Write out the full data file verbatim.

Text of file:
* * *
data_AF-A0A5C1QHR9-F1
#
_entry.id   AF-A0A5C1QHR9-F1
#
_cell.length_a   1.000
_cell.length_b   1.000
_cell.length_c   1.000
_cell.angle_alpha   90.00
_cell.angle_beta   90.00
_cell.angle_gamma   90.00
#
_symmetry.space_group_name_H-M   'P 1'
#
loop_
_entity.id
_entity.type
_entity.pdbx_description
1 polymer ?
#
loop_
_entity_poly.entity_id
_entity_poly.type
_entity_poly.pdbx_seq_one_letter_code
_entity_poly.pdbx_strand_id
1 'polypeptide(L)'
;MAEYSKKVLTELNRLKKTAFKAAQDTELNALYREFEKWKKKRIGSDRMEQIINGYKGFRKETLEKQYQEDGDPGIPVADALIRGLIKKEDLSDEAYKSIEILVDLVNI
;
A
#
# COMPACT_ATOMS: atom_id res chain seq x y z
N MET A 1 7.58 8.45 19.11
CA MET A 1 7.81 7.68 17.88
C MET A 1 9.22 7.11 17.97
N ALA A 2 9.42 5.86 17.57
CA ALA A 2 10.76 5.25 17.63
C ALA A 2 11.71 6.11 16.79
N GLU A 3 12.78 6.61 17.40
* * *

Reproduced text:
data_AF-A0A5C1QHR9-F1
#
_entry.id   AF-A0A5C1QHR9-F1
#
_cell.length_a   1.000
_cell.length_b   1.000
_cell.length_c   1.000
_cell.angle_alpha   90.00
_cell.angle_beta   90.00
_cell.angle_gamma   90.00
#
_symmetry.space_group_name_H-M   'P 1'
#
loop_
_entity.id
_entity.type
_entity.pdbx_description
1 polymer ?
#
loop_
_entity_poly.entity_id
_entity_poly.type
_entity_poly.pdbx_seq_one_letter_code
_entity_poly.pdbx_strand_id
1 'polypeptide(L)'
;MAEYSKKVLTELNRLKKTAFKAAQDTELNALYREFEKWKKKRIGSDRMEQIINGYKGFRKETLEKQYQEDGDPGIPVADALIRGLIKKEDLSDEAYKSIEILVDLVNI
;
A
#
# COMPACT_ATOMS: atom_id res chain seq x y z
N MET A 1 7.58 8.45 19.11
CA MET A 1 7.81 7.68 17.88
C MET A 1 9.22 7.11 17.97
N ALA A 2 9.42 5.86 17.57
CA ALA A 2 10.76 5.25 17.63
C ALA A 2 11.71 6.11 16.79
N GLU A 3 12.78 6.61 17.40